This book from Ukraine-born Hercules is a welcome reminder that Europe extends past Italy and France. She shares versions of classic regional recipes that are gently refined by years spent as a chef in London and still manages to keep everything accessible to the home cook. She also generously shares stories with each recipe, like her family's stuffed cabbage that she ate so often growing up.
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Das Cookbook, by Hans Röckenwagner (Prospect Park Books, $30)
It might not seem like California's kale salads would mesh well with Germany's spaetzle, but Röckenwagner's book will leave you thinking otherwise. There's both potato rösti and California hash, proving the two cuisines do live harmoniously and add to the playful but believable vibe. And in a region so dedicated to artisanal breads, making a sourdough starter for a whole-grain-speckled Steiner brot doesn't seem too off the mark.
The Food of Spain, by Claudia Roden (Ecco, $45)
Any search for the best Mediterranean cookbooks will inevitably lead to Roden's name—at least twice. The James Beard Award-winning author covers Spain with 600-plus pages of incredible scope and detail that won't leave you wanting. It doesn't hurt that her writing is a delight.
The Hungarian Cookbook, by Susan Derecskey (William Morrow Cookbooks, $20)
Simple yet delicious recipes for chicken paprikash, strudel and traditional goulash redefine our notion of comfort food as being thoroughly central European. Whichever recipe you go with, don't go gentle into that Hungarian paprika. There's also a brief primer on the different wines from Hungary, a region that has experienced a recent boom of interest.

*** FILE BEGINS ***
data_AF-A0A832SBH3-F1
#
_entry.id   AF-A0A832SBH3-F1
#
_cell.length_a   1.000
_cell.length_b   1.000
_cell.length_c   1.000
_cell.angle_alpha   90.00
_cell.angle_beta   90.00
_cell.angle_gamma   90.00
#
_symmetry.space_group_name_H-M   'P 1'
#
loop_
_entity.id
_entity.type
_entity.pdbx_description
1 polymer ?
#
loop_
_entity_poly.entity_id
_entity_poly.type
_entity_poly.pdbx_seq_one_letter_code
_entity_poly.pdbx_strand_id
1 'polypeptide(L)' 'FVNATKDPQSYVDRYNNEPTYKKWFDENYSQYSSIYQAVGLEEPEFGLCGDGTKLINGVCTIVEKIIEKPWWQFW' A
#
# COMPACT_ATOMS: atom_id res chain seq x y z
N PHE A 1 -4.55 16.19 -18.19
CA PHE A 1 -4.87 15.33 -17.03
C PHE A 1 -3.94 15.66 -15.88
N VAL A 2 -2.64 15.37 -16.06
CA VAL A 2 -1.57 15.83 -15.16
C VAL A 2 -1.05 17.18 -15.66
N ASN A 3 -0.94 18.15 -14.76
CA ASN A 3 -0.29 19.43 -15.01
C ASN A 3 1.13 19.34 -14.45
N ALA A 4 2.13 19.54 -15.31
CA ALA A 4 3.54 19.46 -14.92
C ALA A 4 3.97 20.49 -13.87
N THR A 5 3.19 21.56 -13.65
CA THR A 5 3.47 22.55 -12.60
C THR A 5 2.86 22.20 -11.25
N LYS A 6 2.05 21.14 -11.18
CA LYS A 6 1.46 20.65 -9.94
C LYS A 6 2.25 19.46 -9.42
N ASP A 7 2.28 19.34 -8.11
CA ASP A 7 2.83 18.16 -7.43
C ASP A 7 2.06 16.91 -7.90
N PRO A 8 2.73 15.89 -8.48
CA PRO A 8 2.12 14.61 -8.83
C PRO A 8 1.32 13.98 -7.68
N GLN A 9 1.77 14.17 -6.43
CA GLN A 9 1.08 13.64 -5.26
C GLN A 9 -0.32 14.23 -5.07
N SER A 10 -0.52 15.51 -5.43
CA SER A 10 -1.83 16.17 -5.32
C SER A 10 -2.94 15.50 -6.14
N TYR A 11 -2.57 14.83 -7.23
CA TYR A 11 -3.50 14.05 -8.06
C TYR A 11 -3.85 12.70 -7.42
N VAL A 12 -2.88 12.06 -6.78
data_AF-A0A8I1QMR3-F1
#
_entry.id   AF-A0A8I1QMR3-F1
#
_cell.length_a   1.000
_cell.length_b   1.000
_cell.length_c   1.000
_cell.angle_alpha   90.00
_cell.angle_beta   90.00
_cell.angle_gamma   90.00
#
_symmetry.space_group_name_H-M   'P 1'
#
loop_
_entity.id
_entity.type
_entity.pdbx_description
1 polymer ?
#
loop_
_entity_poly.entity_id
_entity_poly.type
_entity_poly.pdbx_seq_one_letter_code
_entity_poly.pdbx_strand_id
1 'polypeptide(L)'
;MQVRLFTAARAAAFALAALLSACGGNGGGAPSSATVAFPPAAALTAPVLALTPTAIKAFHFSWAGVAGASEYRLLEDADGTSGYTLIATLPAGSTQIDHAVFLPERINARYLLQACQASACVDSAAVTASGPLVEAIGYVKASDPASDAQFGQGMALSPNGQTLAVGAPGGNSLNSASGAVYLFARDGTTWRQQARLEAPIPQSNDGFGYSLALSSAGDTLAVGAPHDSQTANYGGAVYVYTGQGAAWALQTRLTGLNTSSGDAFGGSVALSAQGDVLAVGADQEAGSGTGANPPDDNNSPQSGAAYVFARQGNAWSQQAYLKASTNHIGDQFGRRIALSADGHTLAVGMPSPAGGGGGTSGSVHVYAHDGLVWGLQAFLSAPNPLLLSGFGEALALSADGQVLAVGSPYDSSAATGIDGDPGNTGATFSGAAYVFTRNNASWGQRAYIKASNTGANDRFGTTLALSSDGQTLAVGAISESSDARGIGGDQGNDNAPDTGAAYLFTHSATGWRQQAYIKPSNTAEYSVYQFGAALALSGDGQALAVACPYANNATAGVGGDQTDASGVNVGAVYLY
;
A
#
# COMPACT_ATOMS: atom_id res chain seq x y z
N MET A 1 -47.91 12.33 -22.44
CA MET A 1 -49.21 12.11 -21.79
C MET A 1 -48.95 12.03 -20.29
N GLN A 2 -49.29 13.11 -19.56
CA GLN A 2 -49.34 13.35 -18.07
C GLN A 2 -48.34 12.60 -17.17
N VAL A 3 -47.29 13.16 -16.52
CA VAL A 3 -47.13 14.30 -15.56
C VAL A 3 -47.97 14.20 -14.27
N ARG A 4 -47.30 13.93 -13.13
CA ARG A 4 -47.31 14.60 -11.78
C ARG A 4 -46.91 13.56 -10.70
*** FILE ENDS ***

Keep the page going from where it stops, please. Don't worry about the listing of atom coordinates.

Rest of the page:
Food from Many Greek Kitchens, by Tessa Kiros (Andrews McMeel Publishing, $35)
Traditional Greek dishes are full of rich backstories, and Kiros never fails to go into detail, which is evident in her extensive section on the dishes and traditions of Greek Easter. The recipes are written with an easy, flowing hand ("cook until the onion and garlic smell good") that reflects the Greek's anything-goes culture.
The Farmette Cookbook, by Imen McDonnell (Roost Books, $35)
Warning: This book will make you want to start a new life in the Irish countryside. That's what McDonnell did, and then she wrote this cookbook about how she used cooking to navigate her new life on her husband's family farm. Diverse recipes like Irish dulse miso soup and soft Irish cheese tamales prove that the region's ingredients lend themselves to more than just bangers and mash—though she's not one to leave out the classic.
Fire + Ice: Classic Nordic Cooking, by Darra Goldstein (Ten Speed Press, $40)
The term new Nordic is getting stale, but this is not new Nordic. This is Scandinavian cuisine as it's always been but rejiggered for the American home cook—no foraging necessary—and presented with stunning photography. Work your way through the larder section for a dreamy pantry stocked with juniper butter, birch-infused vodka and glögg made with white wine.
Pasta by Hand, by Jenn Louis (Chronicle Books, $25)
We're sure the Portland chef didn't mind the research it took to write this book. Namely, the time spent in a Fiat traveling around Italy, cooking and tasting one regional dish after another. She proves that gnocchi is just a gateway drug into the world of Italian dumplings, which also includes passatelli (bread crumb-based and passed through a potato ricer) and crescentina (leavened, fried and highly snackable).